Accuracy vs. precision: what it means for your product decisions

What’s the difference between accuracy and precision? My Dad asked me this at the age of 10. I told him it was a stupid question. However, it’s increasingly important as we become inundated with data. There is a risk of PMs / orgs / companies over-utilizing a “data-driven” approach to the point where decision makers neglect pursuing step-function changing ideas because the “data doesn’t support it.” A healthy use of this data requires a keen understanding of when to ignore it. This is where precision vs. accuracy enters the picture.

Wikipedia nicely sums up the technical difference (I added some formatting for emphasis):

Accuracy of a measurement system is the degree of closeness of measurements of a quantity to that quantity’s actual (true) value. The precision of a measurement system, also called reproducibility or repeatability, is the degree to which repeated measurements under unchanged conditions show the same results.

Here is a visual depiction:


To summarize, the more precise you are, the tighter the bell curve. The more accurate you are, the closer the center of your bell curve is to the actual true reference value. This is highly relevant for product stakeholders because we are confronted daily with making tradeoffs between:

a) Building features we have strong conviction in based off of past success and internal data (eg, we can precisely estimate impact), and

b) Taking bigger risks on opportunities that are more difficult to quantify, but that we believe will drive step function changes in the business (eg, accurately nail big opportunities).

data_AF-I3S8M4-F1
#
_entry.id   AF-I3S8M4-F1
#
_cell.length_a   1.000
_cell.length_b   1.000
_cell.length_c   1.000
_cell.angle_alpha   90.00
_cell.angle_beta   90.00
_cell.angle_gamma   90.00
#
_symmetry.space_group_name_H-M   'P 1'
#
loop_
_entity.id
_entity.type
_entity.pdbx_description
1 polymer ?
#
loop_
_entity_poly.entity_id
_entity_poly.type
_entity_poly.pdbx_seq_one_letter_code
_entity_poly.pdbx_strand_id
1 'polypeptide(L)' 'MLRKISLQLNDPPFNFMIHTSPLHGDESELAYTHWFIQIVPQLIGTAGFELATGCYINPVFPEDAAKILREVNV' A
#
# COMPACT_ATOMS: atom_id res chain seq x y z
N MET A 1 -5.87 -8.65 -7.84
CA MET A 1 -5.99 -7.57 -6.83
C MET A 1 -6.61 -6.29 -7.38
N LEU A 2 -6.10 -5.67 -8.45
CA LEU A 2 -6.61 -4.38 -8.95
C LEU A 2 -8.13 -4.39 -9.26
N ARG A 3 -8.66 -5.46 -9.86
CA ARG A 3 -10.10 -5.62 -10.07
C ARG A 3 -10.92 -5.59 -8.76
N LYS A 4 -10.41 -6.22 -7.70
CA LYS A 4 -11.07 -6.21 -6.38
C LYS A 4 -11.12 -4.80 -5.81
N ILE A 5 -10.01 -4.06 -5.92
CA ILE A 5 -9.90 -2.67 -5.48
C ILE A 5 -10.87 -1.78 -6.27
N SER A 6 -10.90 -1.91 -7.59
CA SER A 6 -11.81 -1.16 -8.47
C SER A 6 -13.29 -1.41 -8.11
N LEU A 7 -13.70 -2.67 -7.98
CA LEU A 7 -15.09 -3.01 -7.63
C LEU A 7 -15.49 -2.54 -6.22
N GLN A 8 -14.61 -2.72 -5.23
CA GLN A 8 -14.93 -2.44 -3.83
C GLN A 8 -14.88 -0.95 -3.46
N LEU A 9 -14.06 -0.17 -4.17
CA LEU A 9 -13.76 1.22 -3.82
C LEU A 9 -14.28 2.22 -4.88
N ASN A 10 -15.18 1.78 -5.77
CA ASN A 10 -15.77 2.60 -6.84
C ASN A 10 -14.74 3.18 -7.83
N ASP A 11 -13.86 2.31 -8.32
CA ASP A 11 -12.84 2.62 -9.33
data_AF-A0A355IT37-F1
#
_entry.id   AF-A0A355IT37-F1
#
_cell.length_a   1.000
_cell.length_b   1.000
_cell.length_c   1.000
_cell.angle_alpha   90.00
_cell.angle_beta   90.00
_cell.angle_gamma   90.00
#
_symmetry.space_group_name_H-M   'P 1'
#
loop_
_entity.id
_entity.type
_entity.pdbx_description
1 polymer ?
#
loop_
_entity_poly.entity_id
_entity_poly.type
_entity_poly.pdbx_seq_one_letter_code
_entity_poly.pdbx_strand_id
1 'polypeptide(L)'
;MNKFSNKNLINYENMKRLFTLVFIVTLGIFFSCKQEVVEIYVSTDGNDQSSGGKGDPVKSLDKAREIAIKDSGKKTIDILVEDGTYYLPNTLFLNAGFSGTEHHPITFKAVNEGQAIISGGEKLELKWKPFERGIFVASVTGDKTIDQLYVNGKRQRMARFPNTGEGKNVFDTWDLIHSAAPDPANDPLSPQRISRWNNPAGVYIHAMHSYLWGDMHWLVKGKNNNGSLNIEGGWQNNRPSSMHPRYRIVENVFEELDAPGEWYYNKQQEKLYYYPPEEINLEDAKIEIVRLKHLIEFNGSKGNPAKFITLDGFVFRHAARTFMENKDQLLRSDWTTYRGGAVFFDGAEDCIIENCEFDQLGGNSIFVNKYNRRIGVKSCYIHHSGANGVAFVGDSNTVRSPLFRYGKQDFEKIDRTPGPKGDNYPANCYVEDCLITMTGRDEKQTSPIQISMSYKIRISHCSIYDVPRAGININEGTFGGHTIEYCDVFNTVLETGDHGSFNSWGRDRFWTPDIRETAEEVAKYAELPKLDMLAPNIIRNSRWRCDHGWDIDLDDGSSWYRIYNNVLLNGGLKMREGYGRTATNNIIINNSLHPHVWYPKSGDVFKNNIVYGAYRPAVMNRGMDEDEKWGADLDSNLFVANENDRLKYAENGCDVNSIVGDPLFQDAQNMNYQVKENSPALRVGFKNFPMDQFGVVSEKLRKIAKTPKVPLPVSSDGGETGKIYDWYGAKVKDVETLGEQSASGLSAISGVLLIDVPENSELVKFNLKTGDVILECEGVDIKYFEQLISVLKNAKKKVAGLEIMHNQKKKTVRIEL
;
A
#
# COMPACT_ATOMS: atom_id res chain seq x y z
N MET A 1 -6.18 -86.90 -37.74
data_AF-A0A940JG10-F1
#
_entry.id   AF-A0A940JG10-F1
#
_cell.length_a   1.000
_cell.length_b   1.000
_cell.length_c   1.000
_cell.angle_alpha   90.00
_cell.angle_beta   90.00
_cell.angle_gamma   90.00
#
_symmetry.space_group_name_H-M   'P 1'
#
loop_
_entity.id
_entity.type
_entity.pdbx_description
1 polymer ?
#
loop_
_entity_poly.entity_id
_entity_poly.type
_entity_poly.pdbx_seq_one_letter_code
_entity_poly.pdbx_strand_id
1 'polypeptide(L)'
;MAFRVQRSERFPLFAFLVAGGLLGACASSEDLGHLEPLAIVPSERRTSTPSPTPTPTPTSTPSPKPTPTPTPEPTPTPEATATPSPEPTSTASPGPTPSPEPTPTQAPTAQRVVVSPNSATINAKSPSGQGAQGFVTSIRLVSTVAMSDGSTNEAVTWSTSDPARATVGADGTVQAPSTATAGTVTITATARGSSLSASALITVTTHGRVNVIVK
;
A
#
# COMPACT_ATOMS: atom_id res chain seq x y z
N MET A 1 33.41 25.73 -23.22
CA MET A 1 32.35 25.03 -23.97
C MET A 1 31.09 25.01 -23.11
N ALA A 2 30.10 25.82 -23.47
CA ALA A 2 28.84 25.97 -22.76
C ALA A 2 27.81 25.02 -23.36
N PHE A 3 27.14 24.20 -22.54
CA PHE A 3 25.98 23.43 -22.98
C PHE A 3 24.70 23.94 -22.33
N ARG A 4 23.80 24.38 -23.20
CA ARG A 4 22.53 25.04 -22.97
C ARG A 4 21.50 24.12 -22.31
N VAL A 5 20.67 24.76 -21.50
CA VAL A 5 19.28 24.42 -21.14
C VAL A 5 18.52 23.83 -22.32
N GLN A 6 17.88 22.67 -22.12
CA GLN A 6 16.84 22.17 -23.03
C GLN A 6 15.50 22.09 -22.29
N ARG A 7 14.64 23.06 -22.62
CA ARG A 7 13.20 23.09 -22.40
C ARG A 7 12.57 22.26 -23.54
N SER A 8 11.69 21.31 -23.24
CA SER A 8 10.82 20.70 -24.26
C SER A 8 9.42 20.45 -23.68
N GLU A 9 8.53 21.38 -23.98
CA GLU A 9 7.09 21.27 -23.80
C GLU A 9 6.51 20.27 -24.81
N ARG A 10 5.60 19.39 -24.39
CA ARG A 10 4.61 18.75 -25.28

Why does it matter?

  1. Precision is seductive.

In the age of big data, it’s an increasingly effective tool of the Sirens. It’s easy to be seduced into building features whose impact you’ll be able to predict precisely. For example, in the gold rush days of FB platform apps, many developers spent significant resources optimizing FB request flows. Why? Because it was alluringly simple to precisely predict the impact tweaks would have, execute them and measure the results. No doubt, the human brain gets an inordinate satisfaction out of this - it’s like magic! You said X would happen, and you were right (X*.98 happened)! It might be fun to be a prognosticator, but …

  1. Precision has an opportunity cost.

There is a significant opportunity cost in consistently prioritizing precision over accuracy. Accuracy is about launching what the market needs, precision is about optimizing and delivering relentlessly on it. Unless you’ve nailed the former, material effort on the latter is going to be wasted because you’re optimizing something too far from the true north (the accurate goal) you should be pursuing. As Andrew Chen pointed out, startups that don’t have product/market fit don’t need growth hackers - that’s akin to focusing on precision when you haven’t nailed accuracy yet.

To sum it up, when you’re building product, it’s important to be cognizant of whether you’re striving for accuracy or precision (and whether that is appropriate within the context of your product / org / company). If you find yourself carefully justifying feature decisions with overly tidy, buttoned-up, high confidence items, ask yourself whether you’re sacrificing accuracy for precision. It’s better to be directionally accurate than precisely wrong.


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